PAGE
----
In the cross sectional view of an exemplary fiber, FIG. 2, void 18, a main feature of the refractive index profile, extends substantially the full length of the waveguide fiber. The void is surrounded by annular core segment 22, which in turn is surrounded by clad 20. The core region may include additional annular segments, not shown.
An embodiment of a refractive index profile that corresponds to the cross section view of FIG. 2 is illustrated in FIG. 3. The central void 18 has refractive index n0. The step shaped annular segment 22 has refractive index n1 and the clad layer has refractive index nc. The relative index percent of annular segment 22 is, in accord with the definition given above, Δ1%=(n1−nc)/nc×100.
A different embodiment of the refractive index profile is illustrated in FIG. 4. In this embodiment, the step shape 22 has rounded edges that can be due to diffusion of dopant material during the process of making the waveguide fiber preform. The gradations on the radius axis show that the radius of the void is about 1 μm and the outer radius of annular segment 22 is about 4.5 μm. In an embodiment in accord with FIG. 4, the central segment radius r0 is in the range of about 0.05 μm to 3 μm. The central segment is surrounded by and in contact with an annular segment adjacent the central segment. This annular segment comprises a rounded step profile having a center radius r1, measured from the centerline to the geometrical center of the annular segment, in the range of about 2 μm to 5 μm. The width of the annular core segment w1 is measured at the half maximum relative index points of the annular segment, and is in the range of about 0.5 μm to 5.0 μm. Its relative index, Δ1%, in the range of about 0.4% to 1.1%. An alternative embodiment in accord with FIG. 4 has the same void as just described and an annular segment shape that is an α-profile, α being about 1. The radius r1 is in the range of about 4 μm to 8 μm and the relative index, Δ1%, in the range of about 0.7% to 1.1%.
In another embodiment the radius of the central segment is again in the range of about 0.05 μm to 3 μm and the first annular segment is as described immediately above. This core region embodiment includes a second annular segment having a step index profile and a relative index, Δ2%, in the range less than about 0.2%, and an outer radius, r2, in the range of about 7 μm to 9 μm.
In yet another embodiment, the core region is segmented and has central segment and first annular segment radii and Δ's as described immediately above. This core region embodiment includes a third annular segment, see for example any one of FIGS. 5-8, surrounding and in contact with the second annular segment. The center radius of this third segment is in the range of about 7.5 μm to 10.5 μm. Its width is in the range of about 1.0 μm to 2.5 μm, and its relative index, Δ3%, in the range of about 0.2% to 0.4%.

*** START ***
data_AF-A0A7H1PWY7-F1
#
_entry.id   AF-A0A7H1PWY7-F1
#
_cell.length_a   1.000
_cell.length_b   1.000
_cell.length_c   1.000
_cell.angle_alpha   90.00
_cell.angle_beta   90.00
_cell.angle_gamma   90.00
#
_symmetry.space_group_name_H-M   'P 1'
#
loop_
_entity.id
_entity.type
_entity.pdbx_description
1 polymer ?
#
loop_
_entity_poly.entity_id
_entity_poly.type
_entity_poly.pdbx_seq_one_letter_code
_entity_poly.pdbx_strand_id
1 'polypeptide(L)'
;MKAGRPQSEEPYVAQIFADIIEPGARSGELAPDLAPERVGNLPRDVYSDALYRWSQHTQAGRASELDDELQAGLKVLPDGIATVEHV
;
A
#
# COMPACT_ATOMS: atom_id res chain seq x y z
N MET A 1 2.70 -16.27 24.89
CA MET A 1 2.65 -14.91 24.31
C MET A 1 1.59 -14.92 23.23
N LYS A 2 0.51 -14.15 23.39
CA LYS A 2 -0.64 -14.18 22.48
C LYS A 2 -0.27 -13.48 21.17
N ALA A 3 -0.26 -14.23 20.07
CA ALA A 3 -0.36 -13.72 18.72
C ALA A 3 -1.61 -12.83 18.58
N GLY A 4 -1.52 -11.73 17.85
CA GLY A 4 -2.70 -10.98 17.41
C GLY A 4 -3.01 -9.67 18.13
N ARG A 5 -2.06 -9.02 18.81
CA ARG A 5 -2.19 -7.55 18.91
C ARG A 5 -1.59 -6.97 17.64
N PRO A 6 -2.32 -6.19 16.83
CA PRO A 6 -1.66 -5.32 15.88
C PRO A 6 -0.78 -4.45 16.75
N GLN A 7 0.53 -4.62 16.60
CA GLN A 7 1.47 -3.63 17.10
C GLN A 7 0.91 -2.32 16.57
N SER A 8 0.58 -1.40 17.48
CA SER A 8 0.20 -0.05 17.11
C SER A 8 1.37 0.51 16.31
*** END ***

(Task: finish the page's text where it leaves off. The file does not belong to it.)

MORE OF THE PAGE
Another embodiment of the invention again has a central segment of outer radius in the range of about 0.05 μm to 3.0 μm. A first annular segment shape is an α-profile, α being about 1. The radius r1 of this first annular region is in the range of about 4 μm to 8 μm and the relative index, Δ1%, in the range of about 0.7% to 1.1%. The core further has a third segment of radius r2 in the range of about 8 μm to 10 μm and a relative index Δ2% that is negative, as illustrated in segment 24 of FIG. 6. A preferred range for Δ2% is about 0 to 0.3%. This embodiment can include a third annular segment having a rounded step index profile and a center radius, r3, in the range of about 9 μm to 11 μm, a width in the range of about 1.5 μm to 3 μm, and a relative index, Δ3%, in the range of about 0.2% to 0.4%.
Another embodiment that provides desirable properties is one in which the core region has a central segment of radius r0 in the range of about 0.05 μm to 3 μm, and an adjacent annular segment having an α-profile wherein α is about 1. The outside radius, r1, in the range of about 4 μm to 6 μm and a relative index, Δ1%, in the range of about 0.9% to 1.1%. A second annular segment has an outer radius, r2, in the range of about 8 μm to 10 μm and a relative index, Δ2%, in the range of about 0 to −0.3%. A third annular segment has a rounded step index profile and a center radius, r3, in the range of about 9 μm to 11 μm, a width in the range of about 1.5 μm to 3 μm, and a relative index, Δ3%, in the range of about 0.2% to 0.4%.
Yet another embodiment has a core region having a central segment of radius r0 in the range of about 0.05 μm to 3 μm, and an adjacent annular segment having an α-profile, where α is about 1. This annular segment has an outside radius, r1, in the range of about 4 μm to 6 μm and a relative index, Δ1%, in the range of about 0.9% to 1.1%. A second annular segment may be added to this embodiment, the second annular segment having a step index profile and a relative index, Δ2%, in the range of about 0 to 0.2%, and an outer radius, r2, in the range of about 7 μm to 9 μm. Furthermore, a third annular segment may be added that has a rounded step profile and a center radius, r3, in the range of about 7.5 μm to 9 μm, a width in the range of about 1.0 μm to 2.5 μm, and a relative index, Δ3%, in the range of about 0.2% to 0.4%.